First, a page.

Even a casual perusal of any nudie magazine or pornographic film up to about the early 90’s proves that as a society we weren’t previously hung up on women having pubic hair. To most people, the idea that it would soon be normal for a large percentage of adult females to shave everything, would have seemed like a strange direction for our culture to go.

This trend seemed to gain momentum from a media push towards a more standardized and plastic view of female beauty. About the same time that regular women seemed to break out the razors for a more complete body shave, I noticed that, in mainstream porn like Playboy Magazine, the photo editors were adding a synthetic gloss over the models, reducing the obviousness of any pubic hair, and making their whole bodies look unnaturally toned, shiny, and poreless. The level of artifice was suddenly very high, higher than even Playboy had pushed it before.

Since then, I’ve encountered numerous men and (this strikes me as somehow sad) women that think any female that doesn’t shave everything is “gross.” That opinion seems so weird and unsexy to me. By all means, shave whatever you want, but when people start projecting their own hang-ups on others, that’s a weird way to think.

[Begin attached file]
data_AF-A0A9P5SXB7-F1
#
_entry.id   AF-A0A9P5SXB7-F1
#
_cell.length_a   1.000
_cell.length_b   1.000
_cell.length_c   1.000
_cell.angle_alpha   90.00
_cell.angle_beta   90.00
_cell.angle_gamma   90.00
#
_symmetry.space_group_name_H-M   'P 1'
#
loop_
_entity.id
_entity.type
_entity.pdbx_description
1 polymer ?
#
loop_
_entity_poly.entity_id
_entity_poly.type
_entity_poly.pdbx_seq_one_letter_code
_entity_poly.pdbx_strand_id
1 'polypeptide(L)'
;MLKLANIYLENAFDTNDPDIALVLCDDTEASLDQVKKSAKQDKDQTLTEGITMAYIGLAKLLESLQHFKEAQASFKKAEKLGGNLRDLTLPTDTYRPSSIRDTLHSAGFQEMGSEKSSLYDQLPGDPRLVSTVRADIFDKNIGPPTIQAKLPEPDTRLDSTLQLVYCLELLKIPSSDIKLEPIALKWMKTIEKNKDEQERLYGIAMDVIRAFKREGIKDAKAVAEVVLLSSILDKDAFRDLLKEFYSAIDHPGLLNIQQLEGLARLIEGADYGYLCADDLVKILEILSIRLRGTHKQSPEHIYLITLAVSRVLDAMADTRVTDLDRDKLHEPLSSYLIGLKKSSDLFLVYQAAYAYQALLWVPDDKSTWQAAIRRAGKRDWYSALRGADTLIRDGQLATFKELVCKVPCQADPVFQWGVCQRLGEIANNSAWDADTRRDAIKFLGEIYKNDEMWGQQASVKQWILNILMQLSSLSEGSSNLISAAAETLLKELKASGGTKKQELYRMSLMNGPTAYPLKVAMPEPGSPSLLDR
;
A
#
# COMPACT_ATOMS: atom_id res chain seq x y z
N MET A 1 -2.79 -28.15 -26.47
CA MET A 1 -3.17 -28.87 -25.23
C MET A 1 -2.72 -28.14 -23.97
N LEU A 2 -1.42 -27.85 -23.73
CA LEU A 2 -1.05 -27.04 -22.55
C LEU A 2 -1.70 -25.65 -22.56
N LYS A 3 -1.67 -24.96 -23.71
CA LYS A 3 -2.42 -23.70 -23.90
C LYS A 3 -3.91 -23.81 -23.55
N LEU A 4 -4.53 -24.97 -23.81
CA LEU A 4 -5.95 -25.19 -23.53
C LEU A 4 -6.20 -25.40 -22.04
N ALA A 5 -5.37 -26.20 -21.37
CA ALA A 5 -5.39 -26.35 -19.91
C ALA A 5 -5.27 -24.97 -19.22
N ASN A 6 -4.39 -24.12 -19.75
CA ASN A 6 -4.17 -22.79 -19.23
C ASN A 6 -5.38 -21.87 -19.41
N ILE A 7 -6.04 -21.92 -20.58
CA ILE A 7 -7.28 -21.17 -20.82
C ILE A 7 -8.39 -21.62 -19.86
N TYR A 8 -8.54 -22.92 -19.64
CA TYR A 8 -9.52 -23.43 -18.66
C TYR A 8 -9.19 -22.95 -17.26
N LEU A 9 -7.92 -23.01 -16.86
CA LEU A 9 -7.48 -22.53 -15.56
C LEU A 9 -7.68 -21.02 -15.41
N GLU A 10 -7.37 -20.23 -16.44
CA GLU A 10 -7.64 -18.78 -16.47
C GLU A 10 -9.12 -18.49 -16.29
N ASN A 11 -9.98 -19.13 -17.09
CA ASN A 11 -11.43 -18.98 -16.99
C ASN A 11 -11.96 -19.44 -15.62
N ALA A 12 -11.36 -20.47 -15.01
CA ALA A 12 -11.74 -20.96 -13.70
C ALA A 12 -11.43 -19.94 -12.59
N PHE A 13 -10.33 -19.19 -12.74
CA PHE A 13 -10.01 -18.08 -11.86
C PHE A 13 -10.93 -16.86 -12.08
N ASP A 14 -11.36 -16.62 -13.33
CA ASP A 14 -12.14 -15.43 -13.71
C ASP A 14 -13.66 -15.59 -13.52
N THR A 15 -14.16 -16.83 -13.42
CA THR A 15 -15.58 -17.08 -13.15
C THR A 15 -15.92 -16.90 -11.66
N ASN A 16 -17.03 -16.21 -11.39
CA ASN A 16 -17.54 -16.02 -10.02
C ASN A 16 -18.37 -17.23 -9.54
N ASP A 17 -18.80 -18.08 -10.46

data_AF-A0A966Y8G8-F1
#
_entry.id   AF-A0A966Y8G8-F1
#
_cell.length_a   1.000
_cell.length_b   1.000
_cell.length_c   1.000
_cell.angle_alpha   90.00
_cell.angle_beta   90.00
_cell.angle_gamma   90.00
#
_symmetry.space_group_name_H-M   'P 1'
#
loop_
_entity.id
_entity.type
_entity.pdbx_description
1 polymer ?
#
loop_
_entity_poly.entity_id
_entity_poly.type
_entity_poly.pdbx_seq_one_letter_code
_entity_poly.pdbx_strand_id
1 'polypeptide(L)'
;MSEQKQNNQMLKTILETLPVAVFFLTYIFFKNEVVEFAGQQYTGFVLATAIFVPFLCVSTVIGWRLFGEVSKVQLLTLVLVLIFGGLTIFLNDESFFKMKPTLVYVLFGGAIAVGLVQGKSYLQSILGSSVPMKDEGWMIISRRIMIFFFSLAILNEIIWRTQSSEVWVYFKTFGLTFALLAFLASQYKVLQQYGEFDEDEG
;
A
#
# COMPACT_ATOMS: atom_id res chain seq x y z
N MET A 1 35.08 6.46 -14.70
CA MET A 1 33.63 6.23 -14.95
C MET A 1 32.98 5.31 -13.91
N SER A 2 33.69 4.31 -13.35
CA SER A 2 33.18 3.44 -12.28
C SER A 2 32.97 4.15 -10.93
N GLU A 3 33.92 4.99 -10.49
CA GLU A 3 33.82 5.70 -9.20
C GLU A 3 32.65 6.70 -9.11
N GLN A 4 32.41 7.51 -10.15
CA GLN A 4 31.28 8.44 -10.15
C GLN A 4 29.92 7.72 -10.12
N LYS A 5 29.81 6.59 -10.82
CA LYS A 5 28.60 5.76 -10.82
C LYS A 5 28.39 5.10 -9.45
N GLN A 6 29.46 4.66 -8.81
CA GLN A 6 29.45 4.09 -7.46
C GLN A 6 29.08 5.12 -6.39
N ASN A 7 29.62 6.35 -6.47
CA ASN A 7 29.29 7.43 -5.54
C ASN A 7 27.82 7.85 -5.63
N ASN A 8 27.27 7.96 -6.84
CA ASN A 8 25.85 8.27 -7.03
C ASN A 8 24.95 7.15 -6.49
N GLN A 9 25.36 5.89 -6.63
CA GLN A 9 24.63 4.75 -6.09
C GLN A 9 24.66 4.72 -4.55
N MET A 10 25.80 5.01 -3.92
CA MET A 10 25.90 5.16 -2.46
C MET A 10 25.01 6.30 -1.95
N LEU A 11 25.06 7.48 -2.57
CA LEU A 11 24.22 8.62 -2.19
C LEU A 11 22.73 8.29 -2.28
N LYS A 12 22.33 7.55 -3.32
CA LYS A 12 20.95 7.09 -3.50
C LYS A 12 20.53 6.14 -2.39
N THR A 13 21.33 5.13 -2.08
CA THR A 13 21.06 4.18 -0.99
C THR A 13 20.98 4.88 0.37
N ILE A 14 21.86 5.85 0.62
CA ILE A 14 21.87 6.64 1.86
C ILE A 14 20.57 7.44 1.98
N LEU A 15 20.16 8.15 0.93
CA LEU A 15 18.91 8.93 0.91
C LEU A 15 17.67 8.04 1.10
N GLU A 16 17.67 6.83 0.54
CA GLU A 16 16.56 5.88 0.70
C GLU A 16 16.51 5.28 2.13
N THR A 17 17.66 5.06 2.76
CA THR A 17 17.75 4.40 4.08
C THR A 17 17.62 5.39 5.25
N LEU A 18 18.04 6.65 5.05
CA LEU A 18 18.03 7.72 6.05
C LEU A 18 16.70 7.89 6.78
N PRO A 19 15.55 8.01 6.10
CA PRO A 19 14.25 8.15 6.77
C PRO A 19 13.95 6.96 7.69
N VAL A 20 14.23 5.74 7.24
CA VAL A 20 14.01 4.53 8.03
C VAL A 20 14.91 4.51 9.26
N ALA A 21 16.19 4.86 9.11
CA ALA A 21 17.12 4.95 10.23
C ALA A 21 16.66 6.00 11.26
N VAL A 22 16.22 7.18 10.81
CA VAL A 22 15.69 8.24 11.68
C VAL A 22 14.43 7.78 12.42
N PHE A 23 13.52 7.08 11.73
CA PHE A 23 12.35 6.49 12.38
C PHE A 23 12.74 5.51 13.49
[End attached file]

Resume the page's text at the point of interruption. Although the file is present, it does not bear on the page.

Yet one thing these trends HAVE achieved is to have made us all, but particularly women, subject to a new physical standard, that is farther away from anything naturally achievable by most humans. And of course, since most of us weren’t born with this unreal look already in place, there are lots and lots of businesses that would love to charge us for the service of altering ourselves to better fit that mold.

It’s probably easier feed women the fantasy that if they can just lose another dress size they’ll be afforded the honor of being able to buy something that will make them more attractive than it is to just make the same dress for larger women. It’s a way of reinforcing their insecurities for profit.

If those same clothes were marketed to women of all sizes, then the exclusivity would be diminished. It’s a way of ensuring that only the “right” kind of people – mostly wealthy and incredibly (sometimes artificially) fit looking people can wear your clothing line. It’s an elitist way of protecting the “brand” and it seems to work.

So, is all of this some organized patriarchal plot to keep women down? I think there are plenty of ways that our society treats women poorly, and that patriarchal influences are still there, but I think that societal standards of beauty have been modified. Ideals have slowly changed into something less natural, and just as controlling, but for reasons of commerce and profit as much as keeping women in line. Of course, in many cases, it IS men that are pulling our strings and running the businesses that prey on insecurities. I think there is a difference of intent, although the intent is still evil.